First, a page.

Is the Bond Bull Market Really Over?
By Jeff Korzenik, Chief Investment Strategist, Fifth Third Private Bank

Investors can go through a wide gamut of responses in their relationships with different assets. From an infatuation with technology stocks, a fling with options, and a flirtation with commodities to a divorce from exotic mortgage derivatives, market professionals have seen it all.

We even tried to reconcile with precious metals only to split again. While here at Fifth Third, our hearts belong to thoughtfully diversified portfolios, it is important to understand the changing relationships within an investment strategy. We think it is time to recognize that our thriving relationship with bonds – and the bond bull market that sustained us for three decades - is over. It is hard to imagine today that a 10-year treasury bond required a yield of over 15% in 1981 to attract buyers. As recently as last summer, investors so prized these same bonds that they accepted a return less than one tenth of 1981's levels. In light of this massive revaluation, we must reexamine the role bonds have played historically in investment performance, and even more importantly, to anticipate how that contribution might change in the future.

Bonds and us, we have a history
Bonds have long provided income and value, , returning regular coupon payments as well as a known amount at maturity. Along the way, these instruments historically lowered traditional stock and bond portfolios volatility -- typically being less subject to dramatic price swings than equities. In many poor stock market environments, bonds offered a counterbalance, moving higher as stocks signaled a weaker economic environment, or presaged bond-friendly monetary policy by the Federal Reserve Bank.


Over our multi-decade period of falling interest rates, bonds played an outsized role in generating favorable portfolio outcomes. Not only were early investors rewarded with extraordinarily high coupon payments, they also saw price appreciation as yields declined; double-digit returns abounded in the bond realm. No longer were bonds the realm of cautious "coupon-clippers," patiently collecting modest incomes. By the mid-1980s, even Wall Street no longer derided specialists in the field as "bond bores." As the decades progressed, investors no longer received the generous coupons of before, but nonetheless scored impressive total returns as yields continued to fall, adding capital appreciation that masked the reality of declining income.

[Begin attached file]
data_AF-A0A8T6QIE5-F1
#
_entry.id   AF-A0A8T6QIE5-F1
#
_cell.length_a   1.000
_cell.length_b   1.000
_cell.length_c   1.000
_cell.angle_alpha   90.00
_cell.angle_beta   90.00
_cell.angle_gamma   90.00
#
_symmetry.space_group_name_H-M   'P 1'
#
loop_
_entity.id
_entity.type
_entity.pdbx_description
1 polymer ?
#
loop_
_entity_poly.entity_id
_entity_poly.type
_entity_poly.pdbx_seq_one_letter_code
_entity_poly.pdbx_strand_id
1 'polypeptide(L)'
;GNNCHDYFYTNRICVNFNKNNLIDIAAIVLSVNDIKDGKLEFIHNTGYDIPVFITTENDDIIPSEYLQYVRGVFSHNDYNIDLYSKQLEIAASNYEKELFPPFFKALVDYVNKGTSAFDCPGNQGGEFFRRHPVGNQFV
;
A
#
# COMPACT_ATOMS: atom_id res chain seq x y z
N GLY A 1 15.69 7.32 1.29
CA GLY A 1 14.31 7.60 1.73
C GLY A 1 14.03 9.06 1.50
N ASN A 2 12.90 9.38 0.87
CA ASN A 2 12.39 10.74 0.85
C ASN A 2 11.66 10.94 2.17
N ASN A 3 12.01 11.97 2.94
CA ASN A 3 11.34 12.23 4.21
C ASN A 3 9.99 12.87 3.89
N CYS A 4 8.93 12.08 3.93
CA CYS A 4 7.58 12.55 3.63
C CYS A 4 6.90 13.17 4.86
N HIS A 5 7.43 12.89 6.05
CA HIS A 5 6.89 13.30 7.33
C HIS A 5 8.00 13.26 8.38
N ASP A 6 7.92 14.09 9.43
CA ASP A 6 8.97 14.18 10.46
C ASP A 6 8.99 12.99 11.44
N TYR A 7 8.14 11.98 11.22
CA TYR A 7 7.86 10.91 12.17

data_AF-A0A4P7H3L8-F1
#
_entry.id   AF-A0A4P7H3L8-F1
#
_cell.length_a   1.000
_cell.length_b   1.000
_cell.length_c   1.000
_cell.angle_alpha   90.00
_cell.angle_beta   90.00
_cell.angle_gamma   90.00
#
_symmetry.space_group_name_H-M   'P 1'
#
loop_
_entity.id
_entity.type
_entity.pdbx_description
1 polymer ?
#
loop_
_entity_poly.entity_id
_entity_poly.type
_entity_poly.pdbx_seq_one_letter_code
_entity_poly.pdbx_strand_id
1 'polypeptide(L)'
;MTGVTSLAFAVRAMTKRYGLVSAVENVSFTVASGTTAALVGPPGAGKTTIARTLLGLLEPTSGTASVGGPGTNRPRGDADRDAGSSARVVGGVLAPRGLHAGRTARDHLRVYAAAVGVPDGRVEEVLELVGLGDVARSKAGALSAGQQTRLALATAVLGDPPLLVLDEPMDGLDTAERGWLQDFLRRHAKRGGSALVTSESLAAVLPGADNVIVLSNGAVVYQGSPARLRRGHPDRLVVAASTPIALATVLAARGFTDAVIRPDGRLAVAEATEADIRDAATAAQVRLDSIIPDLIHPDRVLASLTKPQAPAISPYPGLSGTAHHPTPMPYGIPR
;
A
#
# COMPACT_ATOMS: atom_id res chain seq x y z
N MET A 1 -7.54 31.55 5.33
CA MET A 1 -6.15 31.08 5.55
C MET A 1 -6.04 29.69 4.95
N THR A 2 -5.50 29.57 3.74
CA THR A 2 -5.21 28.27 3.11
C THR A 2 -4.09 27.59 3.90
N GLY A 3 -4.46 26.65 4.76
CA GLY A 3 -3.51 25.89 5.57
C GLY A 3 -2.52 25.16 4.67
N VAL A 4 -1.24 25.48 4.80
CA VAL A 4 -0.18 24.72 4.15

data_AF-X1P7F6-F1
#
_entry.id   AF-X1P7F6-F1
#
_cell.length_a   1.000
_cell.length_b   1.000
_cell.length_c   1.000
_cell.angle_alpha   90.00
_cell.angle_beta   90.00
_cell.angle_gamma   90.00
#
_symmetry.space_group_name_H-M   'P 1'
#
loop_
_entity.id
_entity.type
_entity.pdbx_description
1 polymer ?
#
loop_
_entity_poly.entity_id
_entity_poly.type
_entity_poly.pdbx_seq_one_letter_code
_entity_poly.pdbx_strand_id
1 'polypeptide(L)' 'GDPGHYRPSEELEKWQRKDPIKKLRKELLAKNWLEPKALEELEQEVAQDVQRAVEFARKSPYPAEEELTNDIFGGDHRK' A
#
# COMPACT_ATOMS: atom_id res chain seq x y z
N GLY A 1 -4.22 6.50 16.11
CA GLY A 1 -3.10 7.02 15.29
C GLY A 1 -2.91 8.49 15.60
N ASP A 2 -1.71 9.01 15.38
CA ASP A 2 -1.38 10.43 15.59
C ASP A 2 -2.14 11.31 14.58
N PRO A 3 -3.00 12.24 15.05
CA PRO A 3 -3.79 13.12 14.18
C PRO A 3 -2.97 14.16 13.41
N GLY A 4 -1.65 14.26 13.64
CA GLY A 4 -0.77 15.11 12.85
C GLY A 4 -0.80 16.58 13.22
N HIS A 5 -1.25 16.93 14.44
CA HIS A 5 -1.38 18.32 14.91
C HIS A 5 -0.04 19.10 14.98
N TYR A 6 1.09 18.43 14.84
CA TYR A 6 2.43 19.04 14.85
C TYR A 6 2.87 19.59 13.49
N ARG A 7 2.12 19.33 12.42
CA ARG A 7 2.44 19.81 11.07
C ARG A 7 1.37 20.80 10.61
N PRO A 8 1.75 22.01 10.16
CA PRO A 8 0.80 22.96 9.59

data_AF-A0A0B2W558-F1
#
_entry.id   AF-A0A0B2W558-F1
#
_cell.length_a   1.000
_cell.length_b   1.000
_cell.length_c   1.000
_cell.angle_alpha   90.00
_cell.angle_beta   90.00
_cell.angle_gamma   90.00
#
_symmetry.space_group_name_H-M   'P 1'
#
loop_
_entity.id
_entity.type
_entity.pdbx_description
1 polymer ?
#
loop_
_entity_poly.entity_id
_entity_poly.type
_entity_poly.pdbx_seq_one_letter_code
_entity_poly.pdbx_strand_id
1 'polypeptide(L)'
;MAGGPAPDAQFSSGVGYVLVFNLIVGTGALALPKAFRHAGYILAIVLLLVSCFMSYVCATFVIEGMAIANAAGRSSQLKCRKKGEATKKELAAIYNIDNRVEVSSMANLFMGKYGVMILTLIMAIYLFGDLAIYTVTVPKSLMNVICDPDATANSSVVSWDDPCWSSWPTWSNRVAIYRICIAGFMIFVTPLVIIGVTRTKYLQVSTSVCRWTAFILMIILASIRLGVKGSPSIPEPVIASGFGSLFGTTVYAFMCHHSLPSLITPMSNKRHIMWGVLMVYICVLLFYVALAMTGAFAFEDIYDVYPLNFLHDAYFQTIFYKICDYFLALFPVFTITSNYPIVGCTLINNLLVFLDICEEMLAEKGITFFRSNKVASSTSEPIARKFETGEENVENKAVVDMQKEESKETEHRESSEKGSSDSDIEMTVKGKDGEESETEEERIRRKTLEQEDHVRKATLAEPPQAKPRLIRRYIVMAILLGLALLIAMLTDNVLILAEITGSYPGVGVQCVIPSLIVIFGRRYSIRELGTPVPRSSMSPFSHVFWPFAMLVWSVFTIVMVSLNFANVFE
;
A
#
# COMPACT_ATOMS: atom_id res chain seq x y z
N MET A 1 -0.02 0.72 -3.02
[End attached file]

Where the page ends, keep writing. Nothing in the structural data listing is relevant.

A corner turned
Why should investors expect a different outcome today? We believe that the exceptionally low yields of July 2012 represented the end of the 1981-2012 bull market for bonds. The same forces that, heading in one direction, drove yields ever lower are now headed in the opposite direction.

The level of bond yields in the United States, over time, is driven primarily by three factors: 1) real economic growth, 2) inflation, and 3) Federal Reserve Bank policies. In our view, domestic economic growth is accelerating from sub-par levels to "less sub-par" levels. Similarly, we associate this pickup in activity with a similar inflation outlook, below average inflation modestly increasing to "less below average." Finally, we note that the Fed is poised to start trimming its aggressive asset purchase program. While none of these influences are particularly significant in and of themselves, the confluence of these drivers does support a strong case that bond yields are heading higher, and consequently, bond prices lower.

To proclaim yields are heading higher after our recent historic lows offers little insight of value. Critical to any developing any meaningful portfolio strategy is the need to define more than the destination of interest rates, but also the speed and duration of this path.

The journey to normal
We continue to believe that the U.S. economy is on a slow journey to normal. We define "normal" as an environment in which U.S. growth is more consistent with historic averages and reflects the potential of the economy. We define "normal" as a time when economic advancement is no longer hampered by the need to repay the excess indebtedness of the past, nor is the expansion of commerce overly reliant upon extraordinary monetary or fiscal stimulus from the federal government.